11 best bedside tables

11 best bedside tables

It could be the first thing you see in the morning, so make it work for you. We find night stands, tables and cabinets to wake up to
Italy vs England player ratings: Did Andros Townsend's goal see him beat Harry Kane and Wayne Rooney to top marks?

Italy vs England player ratings

Did Townsend's goal see him beat Kane and Rooney to top marks?
Danny Higginbotham: An underdog's tale of making the most of it

An underdog's tale of making the most of it

Danny Higginbotham on being let go by Manchester United, annoying Gordon Strachan, utilising his talents to the full at Stoke and plunging into the world of analysis
Audley Harrison's abusers forget the debt he's due, but Errol Christie will always remember what he owes the police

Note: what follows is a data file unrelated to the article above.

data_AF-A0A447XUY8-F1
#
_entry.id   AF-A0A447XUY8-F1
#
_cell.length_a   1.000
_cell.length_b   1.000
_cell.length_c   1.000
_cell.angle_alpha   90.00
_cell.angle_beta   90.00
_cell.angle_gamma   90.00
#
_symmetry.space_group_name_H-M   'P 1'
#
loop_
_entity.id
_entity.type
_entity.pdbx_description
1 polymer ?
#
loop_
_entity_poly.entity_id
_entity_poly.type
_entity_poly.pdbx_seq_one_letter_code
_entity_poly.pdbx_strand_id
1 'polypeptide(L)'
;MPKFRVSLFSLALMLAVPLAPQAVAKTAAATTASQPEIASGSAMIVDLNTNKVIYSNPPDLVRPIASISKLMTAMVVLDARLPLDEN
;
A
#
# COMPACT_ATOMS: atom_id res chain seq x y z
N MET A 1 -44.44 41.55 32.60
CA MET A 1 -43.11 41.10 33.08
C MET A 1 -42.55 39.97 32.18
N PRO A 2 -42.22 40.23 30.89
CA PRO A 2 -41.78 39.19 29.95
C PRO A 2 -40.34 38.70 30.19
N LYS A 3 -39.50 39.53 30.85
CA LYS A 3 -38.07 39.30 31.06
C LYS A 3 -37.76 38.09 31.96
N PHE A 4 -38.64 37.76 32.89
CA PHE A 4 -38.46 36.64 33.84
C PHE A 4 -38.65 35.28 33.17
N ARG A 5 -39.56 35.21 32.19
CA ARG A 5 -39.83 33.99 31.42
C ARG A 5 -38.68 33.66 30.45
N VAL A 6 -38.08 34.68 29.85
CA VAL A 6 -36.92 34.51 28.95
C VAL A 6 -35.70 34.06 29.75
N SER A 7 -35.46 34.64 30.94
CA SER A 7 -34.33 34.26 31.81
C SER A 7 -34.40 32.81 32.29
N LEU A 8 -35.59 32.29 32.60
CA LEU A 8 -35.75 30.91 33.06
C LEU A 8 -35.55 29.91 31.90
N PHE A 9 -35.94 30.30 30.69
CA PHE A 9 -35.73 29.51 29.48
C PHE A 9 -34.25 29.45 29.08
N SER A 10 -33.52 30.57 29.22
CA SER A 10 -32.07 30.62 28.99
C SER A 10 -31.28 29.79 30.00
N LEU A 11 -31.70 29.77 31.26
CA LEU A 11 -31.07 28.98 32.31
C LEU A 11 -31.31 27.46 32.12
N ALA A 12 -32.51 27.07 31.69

Steve Bunce: Inside Boxing

Audley Harrison's abusers forget the debt he's due, but Errol Christie will always remember what he owes the police
No postcode? No vote

Floating voters

How living on a houseboat meant I didn't officially 'exist'
Louis Theroux's affable Englishman routine begins to wear thin

By Reason of Insanity

Louis Theroux's affable Englishman routine begins to wear thin
Power dressing is back – but no shoulderpads!

Power dressing is back

But banish all thoughts of Eighties shoulderpads
Spanish stone-age cave paintings 'under threat' after being re-opened to the public

Spanish stone-age cave paintings in Altamira 'under threat'

Caves were re-opened to the public
'I was the bookies’ favourite to be first to leave the Cabinet'

Vince Cable interview

'I was the bookies’ favourite to be first to leave the Cabinet'
Election 2015: How many of the Government's coalition agreement promises have been kept?

Promises, promises

But how many coalition agreement pledges have been kept?
The Gaza fisherman who built his own reef - and was shot dead there by an Israeli gunboat

The death of a Gaza fisherman

He built his own reef, and was fatally shot there by an Israeli gunboat